How to implement retention schedules

Retention schedules

Where the rubber hits the road: Implementation

In her latest blog series, Siobhan King, Senior Consultant at Metataxis, addresses the value of big bucket data retention and how to ensure complex records management requirements are accommodated.

Here’s part 6 – the final blog in the series, where she looks at how to successfully implement your retention schedules into the organisation.

Retention implementation plan

During this series, we’ve been looking at ways to simplify the retention schedule into bigger buckets. A retention schedule will usually take the form of a table which can then be applied to systems and communicated to staff. The retention schedule may be supported by a written document, usually a retention policy or records policy, and this will outline the governance, scope, roles, responsibilities, compliance expectations, etc. The last piece of the puzzle is the implementation plan, which is the practical application of the retention schedule to the records held in your systems.

Document the practicalities

It’s inevitable when talking to stakeholders that they will flag up concerns about the implementation of records retention policies very early on. In fact, they are likely to identify practical issues as reasons why longer retention periods should be applied to certain records. In an ideal world, these practical limitations should never dictate the retention period for a records class. Instead, steps should be taken to improve the metadata, or to improve processes, so that new records can be managed appropriately, and legacy records dealt with more strategically.

Adopt a risk-based approach

Because we work in complex environments, it is necessary to have some kind of strategy to apply retention to both newly created records going forward as well as older records created in the past. This means having a good information architecture that supports retention management and a risk-based approach to the legacy records.

big bucket data

Leverage simple systems rules

This is just one element of planning for retention schedules implementation. There are numerous practical considerations that can be taken in order to get through the bulk of retention management. And yes, you guessed it, opportunities to lump things together in the implementation plan. For example, your retention schedule may have the following two rules:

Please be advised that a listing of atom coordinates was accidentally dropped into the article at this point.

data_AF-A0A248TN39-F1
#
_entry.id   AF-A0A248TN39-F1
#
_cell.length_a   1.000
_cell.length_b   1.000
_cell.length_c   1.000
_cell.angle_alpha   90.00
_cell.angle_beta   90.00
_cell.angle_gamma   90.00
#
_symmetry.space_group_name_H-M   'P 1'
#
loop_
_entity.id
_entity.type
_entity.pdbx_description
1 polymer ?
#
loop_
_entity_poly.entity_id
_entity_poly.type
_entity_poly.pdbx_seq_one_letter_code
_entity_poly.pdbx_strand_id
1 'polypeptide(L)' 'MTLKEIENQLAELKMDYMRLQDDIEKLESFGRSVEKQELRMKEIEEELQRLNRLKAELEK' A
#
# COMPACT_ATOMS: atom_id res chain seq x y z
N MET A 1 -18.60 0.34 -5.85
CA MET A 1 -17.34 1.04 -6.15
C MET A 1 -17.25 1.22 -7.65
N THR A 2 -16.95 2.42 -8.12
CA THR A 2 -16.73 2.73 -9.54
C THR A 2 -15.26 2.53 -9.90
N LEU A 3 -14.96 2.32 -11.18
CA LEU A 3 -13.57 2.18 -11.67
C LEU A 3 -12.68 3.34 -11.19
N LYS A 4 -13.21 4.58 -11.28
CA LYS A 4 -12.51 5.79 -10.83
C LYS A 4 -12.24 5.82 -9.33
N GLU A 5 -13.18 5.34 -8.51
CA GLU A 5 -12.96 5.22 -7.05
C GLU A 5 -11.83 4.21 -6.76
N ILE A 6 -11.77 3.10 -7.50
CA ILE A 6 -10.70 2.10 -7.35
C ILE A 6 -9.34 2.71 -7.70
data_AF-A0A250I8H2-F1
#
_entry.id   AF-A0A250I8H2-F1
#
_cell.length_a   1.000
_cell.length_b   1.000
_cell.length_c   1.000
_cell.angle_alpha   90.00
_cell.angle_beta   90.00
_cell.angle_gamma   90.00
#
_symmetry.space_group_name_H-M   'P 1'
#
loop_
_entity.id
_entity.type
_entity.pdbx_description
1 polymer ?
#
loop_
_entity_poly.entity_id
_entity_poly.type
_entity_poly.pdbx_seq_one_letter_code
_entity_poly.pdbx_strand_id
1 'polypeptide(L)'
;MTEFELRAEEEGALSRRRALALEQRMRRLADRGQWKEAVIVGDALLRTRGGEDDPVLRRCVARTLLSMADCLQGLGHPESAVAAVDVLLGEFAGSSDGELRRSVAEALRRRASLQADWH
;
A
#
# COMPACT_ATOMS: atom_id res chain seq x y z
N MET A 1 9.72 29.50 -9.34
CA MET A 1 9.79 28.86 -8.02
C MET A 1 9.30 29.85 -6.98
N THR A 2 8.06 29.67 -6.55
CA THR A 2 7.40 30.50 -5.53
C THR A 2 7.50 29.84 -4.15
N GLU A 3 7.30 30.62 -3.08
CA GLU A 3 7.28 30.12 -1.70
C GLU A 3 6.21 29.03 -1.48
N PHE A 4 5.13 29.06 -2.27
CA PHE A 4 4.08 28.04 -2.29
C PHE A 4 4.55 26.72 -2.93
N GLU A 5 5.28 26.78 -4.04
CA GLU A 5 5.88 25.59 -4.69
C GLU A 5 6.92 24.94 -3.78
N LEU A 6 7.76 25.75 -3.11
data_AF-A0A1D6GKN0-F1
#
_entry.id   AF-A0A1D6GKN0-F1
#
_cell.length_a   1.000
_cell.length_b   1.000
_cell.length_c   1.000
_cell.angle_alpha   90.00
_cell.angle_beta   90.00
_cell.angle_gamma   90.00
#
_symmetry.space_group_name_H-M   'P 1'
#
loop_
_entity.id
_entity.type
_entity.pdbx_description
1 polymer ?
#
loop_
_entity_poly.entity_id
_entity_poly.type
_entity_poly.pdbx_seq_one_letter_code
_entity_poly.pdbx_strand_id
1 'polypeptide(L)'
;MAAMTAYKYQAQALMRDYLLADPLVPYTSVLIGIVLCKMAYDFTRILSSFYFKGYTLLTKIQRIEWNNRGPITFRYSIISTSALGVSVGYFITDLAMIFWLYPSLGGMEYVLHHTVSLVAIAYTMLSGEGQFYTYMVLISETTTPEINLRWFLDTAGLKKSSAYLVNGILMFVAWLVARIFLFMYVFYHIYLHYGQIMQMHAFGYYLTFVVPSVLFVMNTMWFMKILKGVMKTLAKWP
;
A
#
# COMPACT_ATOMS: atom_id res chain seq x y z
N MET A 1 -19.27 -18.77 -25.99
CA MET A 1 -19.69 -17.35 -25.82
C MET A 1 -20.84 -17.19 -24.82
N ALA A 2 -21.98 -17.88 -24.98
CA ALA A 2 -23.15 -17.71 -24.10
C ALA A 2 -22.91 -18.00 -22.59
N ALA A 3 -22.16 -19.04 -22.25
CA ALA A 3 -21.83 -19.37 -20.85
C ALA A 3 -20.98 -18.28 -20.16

1. Financial management – 7 years from end of financial year then delete
  2. Annual strategic planning – 7 years from end of financial year then delete

These two classes stem from different functions but require the same retention treatment. This means that a retention rule may be created in systems that states: “delete content 7 years from end of financial year”. It will do the job for both classes and if disposal is done in line with the retention schedule (meaning metadata also is collected) it doesn’t matter what the technical mechanism. This is also helpful for more manual applications of retention where searches for eligible records are done for anything older than 7 years in relevant system areas for both functions.

Capture stakeholder intelligence

Finally, remember those tricky discussions with stakeholders where they provided masses of detail? An implementation plan is the perfect place to capture all that valuable intelligence. Not the retention schedule. Retention schedules need to be super simple.

Avoid complex rules for your retention schedules

While there’s some scope to have lots of detail in a description field to help users identify the right retention period for their records, there’s not much room for nuance in your actual schedule.

The more “ifs”, “ors” and “except fors” you have in the schedule, the more complex your retention rules will be. Complexity costs. And your users will get confused by a schedule with too many caveats. Save these for the implementation plan – it will be valuable intelligence for dealing with those legacy issues! And the plan is the thing that will make your retention schedule real!

So that’s the final entry of the series. I hope you have found it useful. If you want to know more about what implementation plans should look like or would like to learn more about practical data retention and records management, simply contact us.